Disclaimer: This page has been put together from information that is considered industry standard, it is by no means definitive. It is designed as a guide only to help you distinguish between fair wear and tear and rental damage. You must always check with your insurer for their own definition of damage before making a claim.

When renting out your campervan you’ll want to be sure that it is well looked after by your customers, and carrying out inventory checks, taking pictures prior to rental and completing a thorough handover process are all key steps in covering your van for any damages and disputes that may arise.

However, there may be instances when you are unsure as to whether a piece of damage is worth making an insurance claim over or requesting a deduction from the security deposit, say if it’s a small scratch to a tyre or a single dent to the exterior. The answer to this question all comes down to the severity and type of damage that you are concerned about.

So, what typically counts as wear and tear damage?

Typically, if it’s minimal and caused by ongoing use of the vehicle rather than an isolated incident, it will classed as general wear and tear, in which case it likely won't be covered under your insurance or security deposit.

Leading car rental companies class wear and tear damage as anything that occurs as a result of the vehicle’s age and milage, and not due to a one-off incident and we would recommend that you approach your vehicle rental in a similar way. If the damage to your campervan is minimal and has no effect on its value, then it may also class as wear and tear. These are the type of damages that occur over time due to use of the vehicle and are not caused by a direct action of the customer.

As an owner, you have the right to put in place rules that will prevent increased levels of wear and tear, for example disallowing customers to go to certain locations or limiting mileage, which you should make clear prior to their holiday. Equally, careless behaviour from the customer can cause more wear and tear than is expected, in which case you may have a claim or valid reason to use the security deposit.

Guide to fair wear and tear

We hope the below will help you when doing the handover and return of your vehicle and when defining any imperfections that may be part of your van. The following is taken from various car rental companies as an industry standard on what typically classes as fair wear and tear and may help you if you are unsure as how to classify a type of damage.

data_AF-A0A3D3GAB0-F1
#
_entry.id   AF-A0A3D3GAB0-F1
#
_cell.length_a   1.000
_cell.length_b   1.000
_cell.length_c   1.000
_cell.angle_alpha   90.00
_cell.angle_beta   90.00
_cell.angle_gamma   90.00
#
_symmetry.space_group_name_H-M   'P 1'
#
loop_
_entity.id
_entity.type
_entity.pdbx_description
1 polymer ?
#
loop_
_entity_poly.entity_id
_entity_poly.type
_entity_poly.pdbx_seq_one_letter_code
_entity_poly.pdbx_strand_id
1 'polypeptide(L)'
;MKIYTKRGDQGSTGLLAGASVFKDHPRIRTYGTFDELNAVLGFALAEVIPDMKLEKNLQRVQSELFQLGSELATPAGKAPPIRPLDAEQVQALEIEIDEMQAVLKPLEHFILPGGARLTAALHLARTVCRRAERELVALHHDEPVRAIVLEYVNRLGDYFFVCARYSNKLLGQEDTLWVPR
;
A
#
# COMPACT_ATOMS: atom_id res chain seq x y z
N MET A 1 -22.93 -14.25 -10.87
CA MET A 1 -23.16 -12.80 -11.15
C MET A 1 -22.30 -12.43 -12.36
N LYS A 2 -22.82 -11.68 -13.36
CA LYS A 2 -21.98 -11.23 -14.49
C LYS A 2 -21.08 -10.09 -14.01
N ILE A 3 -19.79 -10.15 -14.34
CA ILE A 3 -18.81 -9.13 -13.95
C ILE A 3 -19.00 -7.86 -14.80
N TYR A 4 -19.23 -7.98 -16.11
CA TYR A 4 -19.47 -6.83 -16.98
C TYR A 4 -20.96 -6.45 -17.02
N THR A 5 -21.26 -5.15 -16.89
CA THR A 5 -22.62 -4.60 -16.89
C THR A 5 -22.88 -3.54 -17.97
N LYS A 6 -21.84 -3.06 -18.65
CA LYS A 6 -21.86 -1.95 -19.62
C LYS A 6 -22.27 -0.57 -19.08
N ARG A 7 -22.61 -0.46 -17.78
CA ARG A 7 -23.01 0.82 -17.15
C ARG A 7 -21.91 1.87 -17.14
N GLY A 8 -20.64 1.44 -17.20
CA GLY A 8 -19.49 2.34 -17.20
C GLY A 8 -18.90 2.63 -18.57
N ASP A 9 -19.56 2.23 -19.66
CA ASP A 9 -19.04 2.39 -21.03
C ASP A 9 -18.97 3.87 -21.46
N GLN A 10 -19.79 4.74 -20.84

What is generally considered inside the guidelines of wear and tear has been shown below with a tick, and what is not included, and therefore may be considered damage, is shown with a cross.

Scratches, dents and stone chips

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  • Scratches and dents less than 20 mm in length or diameter and less than 1 mm wide. The paint surface hasn’t been broken and there is no paint removal, cracking or flaking.
  • Stone chips up to 2mm in diameter and they must be isolated.
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  • Scratches and dents of 20mm or more on bonnets, roofs, wheel arches, door sills or door edges.
  • Multiple scratches and dents within a close area regardless of size.
  • Damage affecting or removing paintwork.
  • More than 5 stone chips to an isolated area.


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  • Any scuffing or scratches where there is no paint penetration and they are less than 20mm in diameter.
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  • As above with scratches and dents plus any damage to a textured bumper.

Wheels, wheel trims and tyres

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  • Any scratches or scuffs that are less than 20 mm in length.
  • Mechanical related issues, e.g, wheel bearings.
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  • Damage to wheel trims or hubcaps larger than 20mm, or if they are missing.
  • Alloy rims that are damaged beyond the above 20mm in length.
  • Unroadworthy damage to the tyre tread and sidewalls.
  • Replacement tyres not agreed to before fitting.

Upholstery, floors, carpets, dashboard, fascia, trim interior and vehicle cleanliness

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  • Any marks, smears or regular day to day debris that can be removed through standard cleaning measures e.g, hoovering, wiping.
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  • Any permanent damage caused by harsh or corrosive materials e.g, tears, cuts, holes or burns.
  • Any damage to the seat’s position or shape.
  • Pet hair that cannot be removed.
  • Soil, mud or sand that is more than would be expected from regular use.
  • Signs that someone has been smoking in the vehicle, or any odours or foreign matter.
  • Stains or marks that require more than regular cleaning methods e.g, steam cleaning.

Mechanical issues

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  • Failures of the vehicle that are due to age, milage or maintenance and not the hirer e.g. Drivetrain issues, gearbox and engine issues.
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  • Mechanical failures caused by the hirer by not following the guidelines of the owner.

Keys, accessories and equipment

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  • Any cosmetic damage that doesn’t affect the functionality of the keys, accessories or equipment.
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  • Loss or damage to keys or remotes, and damage caused by incorrectly using accessories such as bike racks.
  • Breaking or damaging of aerials.
  • Removal or damage of items that were provided with the vehicle e.g, parcel shelf, tools, spare tyres, wheel trims, hazard triangles, first aid kits, GPS unit etc.